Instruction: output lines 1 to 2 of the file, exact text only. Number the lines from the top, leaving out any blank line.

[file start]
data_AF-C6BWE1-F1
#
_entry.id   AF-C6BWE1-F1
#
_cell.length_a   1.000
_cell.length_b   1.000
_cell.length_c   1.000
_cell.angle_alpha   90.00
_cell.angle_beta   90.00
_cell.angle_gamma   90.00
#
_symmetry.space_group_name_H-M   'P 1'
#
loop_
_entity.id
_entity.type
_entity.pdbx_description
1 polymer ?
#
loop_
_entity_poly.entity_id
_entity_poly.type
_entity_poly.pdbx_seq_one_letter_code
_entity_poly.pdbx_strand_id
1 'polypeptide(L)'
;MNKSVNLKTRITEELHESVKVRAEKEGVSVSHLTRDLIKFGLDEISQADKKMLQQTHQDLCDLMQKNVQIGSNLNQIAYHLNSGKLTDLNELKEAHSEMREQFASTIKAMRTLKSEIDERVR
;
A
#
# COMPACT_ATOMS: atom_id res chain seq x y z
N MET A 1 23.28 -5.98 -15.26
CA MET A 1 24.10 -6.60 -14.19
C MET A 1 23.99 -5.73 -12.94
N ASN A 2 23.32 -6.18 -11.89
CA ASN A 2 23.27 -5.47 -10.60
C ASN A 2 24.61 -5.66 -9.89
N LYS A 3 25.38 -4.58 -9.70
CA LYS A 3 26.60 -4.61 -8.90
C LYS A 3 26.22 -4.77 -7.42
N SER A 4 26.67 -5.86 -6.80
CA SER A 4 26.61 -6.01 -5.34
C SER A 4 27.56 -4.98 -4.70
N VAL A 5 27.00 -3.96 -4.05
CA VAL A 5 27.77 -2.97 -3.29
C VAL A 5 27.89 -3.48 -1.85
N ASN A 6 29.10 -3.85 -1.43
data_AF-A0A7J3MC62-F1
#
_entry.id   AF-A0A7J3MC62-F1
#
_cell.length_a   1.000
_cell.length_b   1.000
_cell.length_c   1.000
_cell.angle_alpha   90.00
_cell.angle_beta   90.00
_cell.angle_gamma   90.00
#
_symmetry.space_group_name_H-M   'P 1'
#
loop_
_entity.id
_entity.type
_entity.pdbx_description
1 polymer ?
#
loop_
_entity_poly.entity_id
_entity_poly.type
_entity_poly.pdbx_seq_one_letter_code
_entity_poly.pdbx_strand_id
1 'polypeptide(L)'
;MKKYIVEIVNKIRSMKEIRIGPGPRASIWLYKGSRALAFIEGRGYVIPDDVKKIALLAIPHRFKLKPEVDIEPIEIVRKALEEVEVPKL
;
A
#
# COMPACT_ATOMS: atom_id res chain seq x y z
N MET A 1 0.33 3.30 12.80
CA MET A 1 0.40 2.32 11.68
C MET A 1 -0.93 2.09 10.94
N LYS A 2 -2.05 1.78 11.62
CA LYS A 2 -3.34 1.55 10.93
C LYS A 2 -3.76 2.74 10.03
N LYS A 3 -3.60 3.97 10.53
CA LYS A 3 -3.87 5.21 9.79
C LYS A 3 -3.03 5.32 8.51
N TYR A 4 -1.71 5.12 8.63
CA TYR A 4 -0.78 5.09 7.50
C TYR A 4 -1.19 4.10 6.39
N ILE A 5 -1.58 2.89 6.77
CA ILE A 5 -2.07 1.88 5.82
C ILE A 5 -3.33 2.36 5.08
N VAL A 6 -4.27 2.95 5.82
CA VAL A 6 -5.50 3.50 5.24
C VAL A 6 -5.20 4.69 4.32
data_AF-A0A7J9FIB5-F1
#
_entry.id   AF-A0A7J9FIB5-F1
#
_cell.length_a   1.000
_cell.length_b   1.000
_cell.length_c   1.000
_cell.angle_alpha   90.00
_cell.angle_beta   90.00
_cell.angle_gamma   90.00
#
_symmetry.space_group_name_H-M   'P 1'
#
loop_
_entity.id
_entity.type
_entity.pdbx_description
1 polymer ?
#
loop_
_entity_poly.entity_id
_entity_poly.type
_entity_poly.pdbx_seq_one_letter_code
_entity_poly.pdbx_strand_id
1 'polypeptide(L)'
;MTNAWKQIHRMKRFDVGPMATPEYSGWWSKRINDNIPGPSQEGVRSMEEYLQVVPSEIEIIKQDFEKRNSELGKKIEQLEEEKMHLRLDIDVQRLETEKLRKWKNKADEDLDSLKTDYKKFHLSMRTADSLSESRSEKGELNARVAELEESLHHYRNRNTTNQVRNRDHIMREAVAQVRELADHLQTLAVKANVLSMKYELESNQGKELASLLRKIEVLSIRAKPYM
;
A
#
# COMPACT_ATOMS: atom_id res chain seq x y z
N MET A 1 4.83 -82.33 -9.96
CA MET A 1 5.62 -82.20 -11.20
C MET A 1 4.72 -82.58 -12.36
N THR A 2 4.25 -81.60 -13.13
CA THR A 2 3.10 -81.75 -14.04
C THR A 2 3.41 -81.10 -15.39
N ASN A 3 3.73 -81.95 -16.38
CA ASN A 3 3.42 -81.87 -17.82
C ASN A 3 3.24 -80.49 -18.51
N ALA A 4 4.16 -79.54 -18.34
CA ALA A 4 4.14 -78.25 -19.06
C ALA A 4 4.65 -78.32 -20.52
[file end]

data_AF-C6BWE1-F1
#